Inspect the JIC flare to make sure it is reasonably square and concentric with the tube cross-section and that its surface is smooth, free of rust, scratches, splits, weld beads, draw marks, embedded chips, burrs and dirt.

If the flare does not meet the above requirements, cut it off, determine the probable cause from the troubleshooting guide, take corrective action and re-flare.

Installation

NOTE: Improper flaring or installation causes over half of the leakage with flared fittings. Follow the installation steps below carefully to avoid this common cause of leakage.

Do not force an improperly bent tube into alignment or draw-in too short a tube using the nut. It puts undesirable strain on the joint, eventually resulting in leakage.

Align the tube on the flare (nose) of the fitting body and tighten the nut by using either the “Flats from Wrench Resistance (FFWR)" or Torque method.

Flats from Wrench Resistance (FFWR) Method

  1. Tighten the nut lightly with a wrench (approximately 30 in.lb.), clamping the tube flare between the fitting nose and the sleeve. This is considered the Wrench Resistance (WR) position.
  2. Starting Wrench Resistance position, tighten the nut further by the number of flats from Table below. A flat is referred to as one side of the hexagonal tube nut and equates to 1/6 of a turn.

The FFWR method is preferred to the torque method and should be used whenever possible. FFWR method circumvents the effects of differences in plating, lubrication, surface finishes, etc., that affect the torque value required to achieve proper joint. Always use FFWR method where the plating combination of components is not known, and during maintenance and repair where the components may be oily.

Wherever possible, at the initial wrench resistance position, mark one of the flats of the nut and extend the mark on to the body hex with a permanent type ink marker. This will provide a visual reference when you tighten the nut the required number of flats (see the table below).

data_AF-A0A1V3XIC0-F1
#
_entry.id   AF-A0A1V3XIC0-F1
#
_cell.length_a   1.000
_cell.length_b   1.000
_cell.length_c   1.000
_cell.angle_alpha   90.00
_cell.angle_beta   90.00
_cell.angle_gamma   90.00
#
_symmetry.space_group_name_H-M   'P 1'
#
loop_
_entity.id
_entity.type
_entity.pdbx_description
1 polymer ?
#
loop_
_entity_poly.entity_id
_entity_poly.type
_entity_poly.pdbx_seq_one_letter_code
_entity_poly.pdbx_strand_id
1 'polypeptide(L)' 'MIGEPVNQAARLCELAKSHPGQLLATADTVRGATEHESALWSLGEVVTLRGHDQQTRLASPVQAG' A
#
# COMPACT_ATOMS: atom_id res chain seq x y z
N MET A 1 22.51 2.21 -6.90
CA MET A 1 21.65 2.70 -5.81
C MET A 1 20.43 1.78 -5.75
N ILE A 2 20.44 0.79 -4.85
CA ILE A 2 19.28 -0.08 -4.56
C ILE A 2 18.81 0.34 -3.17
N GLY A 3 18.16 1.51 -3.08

SAE

Dash Size

Thread

Size

Assembly Torque*

(+10% -0)

Tube Connection

FFWR

Swivel Nut or Hose Connection FFWR

in. lb. ft. lb.
-2 5/16-24 35 2 - -
-3 3/8-24 65 5 - -
-4 7/16-20 130 11 2-1/2 2
-5 1/2-20 165 14 2-1/2 2
-6 9/16-18 235 20 2-1/2 2
-8 3/4-16 525 43 2-1/2 2
-10 7/8-14 650 55 1-1/2 1-1/2
-12 1 1/16-12 950 80 1-1/2 1-1/2
-14 1 3/16-12 1200 100 1-1/2 1-1/2
-16 1 5/16-12 1400 115 1 1-1/2
-20 1 5/8-12 1900 160 1 1
-24 1 7/8-12 2250 185 1 1
-32 2 1/2-12 3000 250 1 1
-40 3-12 - - 1 1

  1. Assembly Torque: Torque values are for unlubricated carbon steel components and properly lubricated stainless steel components. For stainless steel, a lubricant such as Permatex Anti-Seize Lubricant is recommended to prevent galling.
  2. FFWR: The Flats From Wrench Resistance or “Flats” method is recommended for steel, stainless steel and brass components.
  3. Torque and FFWR: Torques and FFWR shown in the chart are for use with the tube materials, wall thickness, etc. recommended by Parker Hannifin Tube Fittings Division for use with Parker Triple-Lok fittings.

Torque Method

With proper tube flare alignment with the nose of the fitting, tighten the nut to appropriate torque value (see the table above). This method is fast and accurate when preset torque wrenches are used.  Consistent component selection is recommended so that the effects of dissimilar plating is not an adverse factor in joint integrity. This makes it desirable for high production assembly lines. However, a joint assembled using the torque method can only be checked for proper tightening by tightening it again.

Note: This method should not be used if the type of plating on the fitting and mating parts (sleeve + nut or hose swivel) is not known. The torque method should not be used for lubricated or oily parts as improper clamping forces may result. Over-tightening and fitting damage may occur as a result.